This year, even with three months still left to go, has been one of my most enjoyable to date. Almost every weekend has seen us out and about both locally and further afield including over a month spent exploring the wilds of Scotland. Along the way we’ve experienced just about every weather imaginable, revelled in fabulous wildlife encounters and eaten more pasties than is probably advisable. We’ve summited Ben Nevis, gone eye to eye with hunting Skua, watched Dolphins in crystal clear waters and walked through fields of Sunflowers. And that’s just for starters.
Along the way I’ve taken thousands of photos but all have remained unedited, languishing on various hard drives along with their accompanying stories.
Until now that is.
With the nights drawing in once more it’s time for me to finally sit down, open up Photoshop and a blank Blogger post and get those creative juices flowing. Having so much material is however proving both a blessing and a curse – where to start in the huge editing backlog and what to share first!
Making matters more complicated is that I have now switched from Windows to Mac meaning a change in workflow and new software to get to grips with. Nothing you’d think that should be too challenging for a software engineer by trade but letting go of those niggling doubts about the quality of ones own work is a hindrance that I’m yet to beat. My solution? Just get stuck in and having come across a couple of great images from an April trip to the RSPB reserve at Ham Wall, I think I’ve found just the subject to inject some life back into this blog.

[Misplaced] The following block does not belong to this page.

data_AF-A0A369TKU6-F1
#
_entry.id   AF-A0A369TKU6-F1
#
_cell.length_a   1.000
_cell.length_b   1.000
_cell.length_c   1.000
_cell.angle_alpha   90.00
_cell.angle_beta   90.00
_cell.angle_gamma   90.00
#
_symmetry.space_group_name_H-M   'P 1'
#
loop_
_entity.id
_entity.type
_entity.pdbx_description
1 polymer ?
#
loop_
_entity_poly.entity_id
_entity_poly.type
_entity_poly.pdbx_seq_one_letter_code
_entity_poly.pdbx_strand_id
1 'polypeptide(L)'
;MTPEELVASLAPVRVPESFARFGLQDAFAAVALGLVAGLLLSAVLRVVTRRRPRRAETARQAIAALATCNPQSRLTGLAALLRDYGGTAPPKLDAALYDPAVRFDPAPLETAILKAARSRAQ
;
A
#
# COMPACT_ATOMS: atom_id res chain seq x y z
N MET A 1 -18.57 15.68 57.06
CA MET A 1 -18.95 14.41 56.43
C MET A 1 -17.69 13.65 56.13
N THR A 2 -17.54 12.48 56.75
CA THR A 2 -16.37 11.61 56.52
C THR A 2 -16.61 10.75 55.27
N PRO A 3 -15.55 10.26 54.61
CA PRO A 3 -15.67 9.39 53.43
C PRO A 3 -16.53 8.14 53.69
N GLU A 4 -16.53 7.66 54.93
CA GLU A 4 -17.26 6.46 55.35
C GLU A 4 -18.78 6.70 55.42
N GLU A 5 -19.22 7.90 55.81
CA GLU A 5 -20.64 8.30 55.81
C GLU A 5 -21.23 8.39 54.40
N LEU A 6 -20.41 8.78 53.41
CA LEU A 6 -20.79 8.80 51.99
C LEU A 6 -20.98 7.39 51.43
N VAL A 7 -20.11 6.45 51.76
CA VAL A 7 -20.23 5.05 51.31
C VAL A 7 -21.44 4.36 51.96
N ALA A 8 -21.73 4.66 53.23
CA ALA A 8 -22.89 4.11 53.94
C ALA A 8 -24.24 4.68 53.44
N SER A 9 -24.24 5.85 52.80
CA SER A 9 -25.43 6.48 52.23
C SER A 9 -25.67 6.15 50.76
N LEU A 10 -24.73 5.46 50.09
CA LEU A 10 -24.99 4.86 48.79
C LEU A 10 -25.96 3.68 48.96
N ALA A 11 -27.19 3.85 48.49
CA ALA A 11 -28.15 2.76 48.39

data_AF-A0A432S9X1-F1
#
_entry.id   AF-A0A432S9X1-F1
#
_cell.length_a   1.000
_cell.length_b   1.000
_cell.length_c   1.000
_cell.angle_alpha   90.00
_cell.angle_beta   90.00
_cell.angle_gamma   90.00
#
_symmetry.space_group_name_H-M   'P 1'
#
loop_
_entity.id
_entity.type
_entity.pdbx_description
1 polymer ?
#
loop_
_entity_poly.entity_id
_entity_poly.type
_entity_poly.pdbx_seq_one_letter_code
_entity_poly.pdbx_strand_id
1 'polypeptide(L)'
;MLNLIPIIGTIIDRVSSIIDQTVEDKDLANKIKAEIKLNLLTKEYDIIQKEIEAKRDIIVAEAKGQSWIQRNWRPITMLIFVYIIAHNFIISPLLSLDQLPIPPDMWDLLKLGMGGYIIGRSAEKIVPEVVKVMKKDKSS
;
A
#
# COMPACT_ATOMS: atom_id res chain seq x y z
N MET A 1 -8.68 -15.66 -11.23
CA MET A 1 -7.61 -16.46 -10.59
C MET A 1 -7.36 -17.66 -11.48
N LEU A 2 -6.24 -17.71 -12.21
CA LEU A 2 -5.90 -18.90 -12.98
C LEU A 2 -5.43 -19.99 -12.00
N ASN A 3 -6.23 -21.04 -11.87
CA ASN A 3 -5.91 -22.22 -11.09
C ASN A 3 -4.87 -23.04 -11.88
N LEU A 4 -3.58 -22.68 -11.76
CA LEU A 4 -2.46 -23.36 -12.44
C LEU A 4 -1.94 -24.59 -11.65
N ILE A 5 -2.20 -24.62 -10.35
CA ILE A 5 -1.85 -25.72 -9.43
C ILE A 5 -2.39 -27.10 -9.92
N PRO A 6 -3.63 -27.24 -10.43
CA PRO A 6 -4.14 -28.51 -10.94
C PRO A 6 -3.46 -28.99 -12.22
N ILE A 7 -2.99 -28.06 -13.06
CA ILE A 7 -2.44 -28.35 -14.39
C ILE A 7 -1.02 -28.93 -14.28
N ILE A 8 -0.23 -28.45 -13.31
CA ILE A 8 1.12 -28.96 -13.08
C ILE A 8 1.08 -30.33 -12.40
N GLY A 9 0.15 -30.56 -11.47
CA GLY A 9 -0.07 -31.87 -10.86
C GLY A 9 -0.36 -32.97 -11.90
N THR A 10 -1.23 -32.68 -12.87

The Reed Warbler above was probably my best encounter with the species all year and perhaps unsurprisingly yielded my favourite shots to date of this often elusive bird. Sat singing just off the path we were treated to virtually unhindered views and for those of us that have spent many hours scouring reed beds, you’ll know how opportunities like this don’t come around all too often. In fact so confiding was this individual that in the end we had to walk away with the bird still happily perched and belting out its tune.
Elsewhere Ham Wall had been less kind photographically but simply spectacular in terms of the array of species on offer. Bittern were booming almost constantly during our visit and we ended up enjoying multiple sightings across the reserve. Great White Egrets were also well represented as were Marsh Harriers not to mention all the usual migrants that you’d have expected at that time of year. Top billing though had to go to a pair of Hobby which were busy hawking for insects right above one of the hides. In the end we actually stood outside looking up in order to view the spectacle at its fullest and boy were we not disappointed. Much like the aforementioned star of this entry we both seldom see Hobby so this was a real treat and a fine way to round off our visit.
And with that consider your appetites suitably whetted. I’ve got a few more days of photo editing ahead of me before the posts can start flowing freely but I hope you’ll stick around and that the barren blogging months will not have been in vain.